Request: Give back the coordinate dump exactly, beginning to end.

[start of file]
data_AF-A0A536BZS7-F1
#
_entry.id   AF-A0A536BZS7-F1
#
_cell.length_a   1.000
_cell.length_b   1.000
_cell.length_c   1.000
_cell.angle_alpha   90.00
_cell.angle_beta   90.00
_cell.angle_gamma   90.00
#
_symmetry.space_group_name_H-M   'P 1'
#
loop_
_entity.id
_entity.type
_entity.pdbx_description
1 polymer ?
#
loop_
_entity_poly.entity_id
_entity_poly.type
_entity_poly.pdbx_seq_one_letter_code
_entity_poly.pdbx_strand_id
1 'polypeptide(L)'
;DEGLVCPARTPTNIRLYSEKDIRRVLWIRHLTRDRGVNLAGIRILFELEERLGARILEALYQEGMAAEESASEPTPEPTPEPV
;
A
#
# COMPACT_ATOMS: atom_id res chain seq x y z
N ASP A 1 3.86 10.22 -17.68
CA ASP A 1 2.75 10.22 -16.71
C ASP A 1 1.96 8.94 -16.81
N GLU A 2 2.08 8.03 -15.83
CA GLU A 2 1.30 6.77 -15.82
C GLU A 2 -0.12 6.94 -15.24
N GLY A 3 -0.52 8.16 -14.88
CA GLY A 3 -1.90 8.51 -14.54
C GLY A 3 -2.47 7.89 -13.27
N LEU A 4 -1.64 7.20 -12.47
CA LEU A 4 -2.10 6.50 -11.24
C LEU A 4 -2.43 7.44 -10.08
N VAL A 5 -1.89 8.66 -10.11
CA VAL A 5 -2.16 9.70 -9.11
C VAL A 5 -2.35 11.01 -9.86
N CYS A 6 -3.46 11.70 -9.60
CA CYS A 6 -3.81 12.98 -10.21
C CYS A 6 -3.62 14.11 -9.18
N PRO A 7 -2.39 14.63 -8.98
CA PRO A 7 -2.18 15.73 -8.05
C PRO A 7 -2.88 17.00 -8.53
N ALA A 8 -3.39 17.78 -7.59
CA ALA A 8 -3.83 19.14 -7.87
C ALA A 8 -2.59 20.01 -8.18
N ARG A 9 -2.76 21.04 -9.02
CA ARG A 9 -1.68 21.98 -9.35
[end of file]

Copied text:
data_AF-A0A536BZS7-F1
#
_entry.id   AF-A0A536BZS7-F1
#
_cell.length_a   1.000
_cell.length_b   1.000
_cell.length_c   1.000
_cell.angle_alpha   90.00
_cell.angle_beta   90.00
_cell.angle_gamma   90.00
#
_symmetry.space_group_name_H-M   'P 1'
#
loop_
_entity.id
_entity.type
_entity.pdbx_description
1 polymer ?
#
loop_
_entity_poly.entity_id
_entity_poly.type
_entity_poly.pdbx_seq_one_letter_code
_entity_poly.pdbx_strand_id
1 'polypeptide(L)'
;DEGLVCPARTPTNIRLYSEKDIRRVLWIRHLTRDRGVNLAGIRILFELEERLGARILEALYQEGMAAEESASEPTPEPTPEPV
;
A
#
# COMPACT_ATOMS: atom_id res chain seq x y z
N ASP A 1 3.86 10.22 -17.68
CA ASP A 1 2.75 10.22 -16.71
C ASP A 1 1.96 8.94 -16.81
N GLU A 2 2.08 8.03 -15.83
CA GLU A 2 1.30 6.77 -15.82
C GLU A 2 -0.12 6.94 -15.24
N GLY A 3 -0.52 8.16 -14.88
CA GLY A 3 -1.90 8.51 -14.54
C GLY A 3 -2.47 7.89 -13.27
N LEU A 4 -1.64 7.20 -12.47
CA LEU A 4 -2.10 6.50 -11.24
C LEU A 4 -2.43 7.44 -10.08
N VAL A 5 -1.89 8.66 -10.11
CA VAL A 5 -2.16 9.70 -9.11
C VAL A 5 -2.35 11.01 -9.86
N CYS A 6 -3.46 11.70 -9.60
CA CYS A 6 -3.81 12.98 -10.21
C CYS A 6 -3.62 14.11 -9.18
N PRO A 7 -2.39 14.63 -8.98
CA PRO A 7 -2.18 15.73 -8.05
C PRO A 7 -2.88 17.00 -8.53
N ALA A 8 -3.39 17.78 -7.59
CA ALA A 8 -3.83 19.14 -7.87
C ALA A 8 -2.59 20.01 -8.18
N ARG A 9 -2.76 21.04 -9.02
CA ARG A 9 -1.68 21.98 -9.35